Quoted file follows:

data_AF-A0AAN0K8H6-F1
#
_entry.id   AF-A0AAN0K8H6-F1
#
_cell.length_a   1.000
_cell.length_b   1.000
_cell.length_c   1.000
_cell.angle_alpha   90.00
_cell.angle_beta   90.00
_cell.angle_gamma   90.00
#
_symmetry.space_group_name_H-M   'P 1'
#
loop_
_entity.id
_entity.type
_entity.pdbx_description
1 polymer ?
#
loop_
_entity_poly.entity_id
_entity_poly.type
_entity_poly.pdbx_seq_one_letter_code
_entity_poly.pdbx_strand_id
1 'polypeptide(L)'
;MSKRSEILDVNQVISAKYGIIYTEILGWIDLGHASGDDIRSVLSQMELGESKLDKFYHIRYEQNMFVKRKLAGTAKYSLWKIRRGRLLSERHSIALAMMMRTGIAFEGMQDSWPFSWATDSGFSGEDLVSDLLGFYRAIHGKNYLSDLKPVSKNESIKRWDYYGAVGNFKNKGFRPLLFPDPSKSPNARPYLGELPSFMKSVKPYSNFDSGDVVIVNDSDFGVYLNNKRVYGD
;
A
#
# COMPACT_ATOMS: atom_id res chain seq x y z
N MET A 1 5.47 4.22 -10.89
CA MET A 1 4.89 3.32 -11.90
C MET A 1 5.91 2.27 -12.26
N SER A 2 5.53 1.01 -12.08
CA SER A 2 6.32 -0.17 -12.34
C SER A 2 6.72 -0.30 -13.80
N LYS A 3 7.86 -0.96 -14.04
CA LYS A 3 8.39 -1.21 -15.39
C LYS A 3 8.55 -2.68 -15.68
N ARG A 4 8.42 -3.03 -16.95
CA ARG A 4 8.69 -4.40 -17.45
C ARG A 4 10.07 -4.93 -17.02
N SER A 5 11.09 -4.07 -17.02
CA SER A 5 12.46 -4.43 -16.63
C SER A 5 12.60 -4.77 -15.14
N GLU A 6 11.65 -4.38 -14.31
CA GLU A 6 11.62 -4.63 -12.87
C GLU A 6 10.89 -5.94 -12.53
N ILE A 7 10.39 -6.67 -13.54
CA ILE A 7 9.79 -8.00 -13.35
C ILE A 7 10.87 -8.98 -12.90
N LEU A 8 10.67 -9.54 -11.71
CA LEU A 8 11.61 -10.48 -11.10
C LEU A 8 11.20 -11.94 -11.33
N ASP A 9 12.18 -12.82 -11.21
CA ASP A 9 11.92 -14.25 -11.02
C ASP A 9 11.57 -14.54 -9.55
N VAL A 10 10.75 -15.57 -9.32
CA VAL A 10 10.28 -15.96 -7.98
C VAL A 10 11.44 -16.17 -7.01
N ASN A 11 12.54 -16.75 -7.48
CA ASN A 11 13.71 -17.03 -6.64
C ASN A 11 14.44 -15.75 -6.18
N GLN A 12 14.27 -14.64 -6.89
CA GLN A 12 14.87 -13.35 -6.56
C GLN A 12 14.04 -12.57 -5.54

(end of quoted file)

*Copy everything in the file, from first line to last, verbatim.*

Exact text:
data_AF-A0AAN0K8H6-F1
#
_entry.id   AF-A0AAN0K8H6-F1
#
_cell.length_a   1.000
_cell.length_b   1.000
_cell.length_c   1.000
_cell.angle_alpha   90.00
_cell.angle_beta   90.00
_cell.angle_gamma   90.00
#
_symmetry.space_group_name_H-M   'P 1'
#
loop_
_entity.id
_entity.type
_entity.pdbx_description
1 polymer ?
#
loop_
_entity_poly.entity_id
_entity_poly.type
_entity_poly.pdbx_seq_one_letter_code
_entity_poly.pdbx_strand_id
1 'polypeptide(L)'
;MSKRSEILDVNQVISAKYGIIYTEILGWIDLGHASGDDIRSVLSQMELGESKLDKFYHIRYEQNMFVKRKLAGTAKYSLWKIRRGRLLSERHSIALAMMMRTGIAFEGMQDSWPFSWATDSGFSGEDLVSDLLGFYRAIHGKNYLSDLKPVSKNESIKRWDYYGAVGNFKNKGFRPLLFPDPSKSPNARPYLGELPSFMKSVKPYSNFDSGDVVIVNDSDFGVYLNNKRVYGD
;
A
#
# COMPACT_ATOMS: atom_id res chain seq x y z
N MET A 1 5.47 4.22 -10.89
CA MET A 1 4.89 3.32 -11.90
C MET A 1 5.91 2.27 -12.26
N SER A 2 5.53 1.01 -12.08
CA SER A 2 6.32 -0.17 -12.34
C SER A 2 6.72 -0.30 -13.80
N LYS A 3 7.86 -0.96 -14.04
CA LYS A 3 8.39 -1.21 -15.39
C LYS A 3 8.55 -2.68 -15.68
N ARG A 4 8.42 -3.03 -16.95
CA ARG A 4 8.69 -4.40 -17.45
C ARG A 4 10.07 -4.93 -17.02
N SER A 5 11.09 -4.07 -17.02
CA SER A 5 12.46 -4.43 -16.63
C SER A 5 12.60 -4.77 -15.14
N GLU A 6 11.65 -4.38 -14.31
CA GLU A 6 11.62 -4.63 -12.87
C GLU A 6 10.89 -5.94 -12.53
N ILE A 7 10.39 -6.67 -13.54
CA ILE A 7 9.79 -8.00 -13.35
C ILE A 7 10.87 -8.98 -12.90
N LEU A 8 10.67 -9.54 -11.71
CA LEU A 8 11.61 -10.48 -11.10
C LEU A 8 11.20 -11.94 -11.33
N ASP A 9 12.18 -12.82 -11.21
CA ASP A 9 11.92 -14.25 -11.02
C ASP A 9 11.57 -14.54 -9.55
N VAL A 10 10.75 -15.57 -9.32
CA VAL A 10 10.28 -15.96 -7.98
C VAL A 10 11.44 -16.17 -7.01
N ASN A 11 12.54 -16.75 -7.48
CA ASN A 11 13.71 -17.03 -6.64
C ASN A 11 14.44 -15.75 -6.18
N GLN A 12 14.27 -14.64 -6.89
CA GLN A 12 14.87 -13.35 -6.56
C GLN A 12 14.04 -12.57 -5.54